If you’re disappointed by Knack and still want to play a platformer at launch, then LEGO Marvel Super Heroes is the way to go. As you would expect, the game pokes fun at just about every character from the Marvel universe and it’s great fun to guess who is going to pop up next as you go through the story. It’s probably the best of a limited selection of couch co-op games on the console right now and there’s a huge amount to unlock and explore and in the open-world LEGO New York. Don’t expect amazing visuals though. It looks good, but it’s not a big improvement over the PS3 version.
My personal favourite so far is FIFA 14. The quality of the game’s presentation is a vast jump from PS3 and 360, with ball boys, photographers and stewards all interacting realistically with the action, not to mention a big improvement in the crowds. Fans are now much more detailed and react convincingly to goals and other match events. There are many new animations for players too, making gameplay more varied because players are now able to improvise more authentically in tight situations. You simply have to get this game if you’re a football fan.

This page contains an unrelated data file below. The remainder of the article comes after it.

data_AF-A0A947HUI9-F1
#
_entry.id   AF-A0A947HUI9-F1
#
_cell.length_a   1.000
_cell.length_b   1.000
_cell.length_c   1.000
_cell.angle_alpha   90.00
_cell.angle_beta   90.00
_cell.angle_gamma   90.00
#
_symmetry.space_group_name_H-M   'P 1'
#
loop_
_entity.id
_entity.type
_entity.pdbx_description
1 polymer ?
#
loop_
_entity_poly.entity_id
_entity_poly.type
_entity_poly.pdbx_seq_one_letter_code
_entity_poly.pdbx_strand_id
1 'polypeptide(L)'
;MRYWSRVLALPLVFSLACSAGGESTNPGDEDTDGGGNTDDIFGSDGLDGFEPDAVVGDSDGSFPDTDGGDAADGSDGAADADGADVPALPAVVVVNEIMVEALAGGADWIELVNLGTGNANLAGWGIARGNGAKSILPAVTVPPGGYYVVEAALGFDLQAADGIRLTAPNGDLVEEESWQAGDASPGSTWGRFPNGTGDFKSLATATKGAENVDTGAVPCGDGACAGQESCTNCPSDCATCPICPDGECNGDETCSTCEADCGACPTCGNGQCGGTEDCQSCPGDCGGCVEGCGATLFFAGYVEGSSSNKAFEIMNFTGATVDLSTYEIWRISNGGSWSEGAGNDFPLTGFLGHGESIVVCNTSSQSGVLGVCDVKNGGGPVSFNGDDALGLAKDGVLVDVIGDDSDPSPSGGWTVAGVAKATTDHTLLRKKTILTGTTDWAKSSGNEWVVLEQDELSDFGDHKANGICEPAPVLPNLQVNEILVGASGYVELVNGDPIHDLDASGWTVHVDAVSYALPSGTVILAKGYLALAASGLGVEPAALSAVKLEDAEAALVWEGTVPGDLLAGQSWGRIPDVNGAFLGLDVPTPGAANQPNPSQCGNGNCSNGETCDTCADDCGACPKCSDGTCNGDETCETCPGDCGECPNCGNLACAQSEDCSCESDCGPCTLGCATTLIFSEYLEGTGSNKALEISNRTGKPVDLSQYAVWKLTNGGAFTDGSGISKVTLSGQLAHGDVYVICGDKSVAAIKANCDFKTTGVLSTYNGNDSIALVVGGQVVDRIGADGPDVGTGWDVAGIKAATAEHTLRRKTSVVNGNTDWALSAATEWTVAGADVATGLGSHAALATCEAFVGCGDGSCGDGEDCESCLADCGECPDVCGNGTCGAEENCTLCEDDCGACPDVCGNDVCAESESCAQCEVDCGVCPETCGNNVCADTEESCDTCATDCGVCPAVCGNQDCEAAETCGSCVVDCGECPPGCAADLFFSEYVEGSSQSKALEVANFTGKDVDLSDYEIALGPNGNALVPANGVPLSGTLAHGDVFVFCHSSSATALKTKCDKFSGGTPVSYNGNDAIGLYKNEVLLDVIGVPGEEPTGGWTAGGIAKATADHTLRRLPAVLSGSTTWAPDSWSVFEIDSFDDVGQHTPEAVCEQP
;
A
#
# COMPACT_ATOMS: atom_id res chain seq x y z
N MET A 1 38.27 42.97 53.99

If you’re the sort of person who just has to have the shiny new experiences first, then you should definitely pick up a PS4. I’ve had no technical problems with the system so far and amongst my PS4 owning friends, only one person has had any issues at all. The controller alone makes it one of the most satisfying console launch experiences that I’ve ever had.
PS4 may well lose a bit of momentum in January because of a lack of new releases, but with Infamous: Second Son and Watch Dogs not too far away, the future looks very good indeed.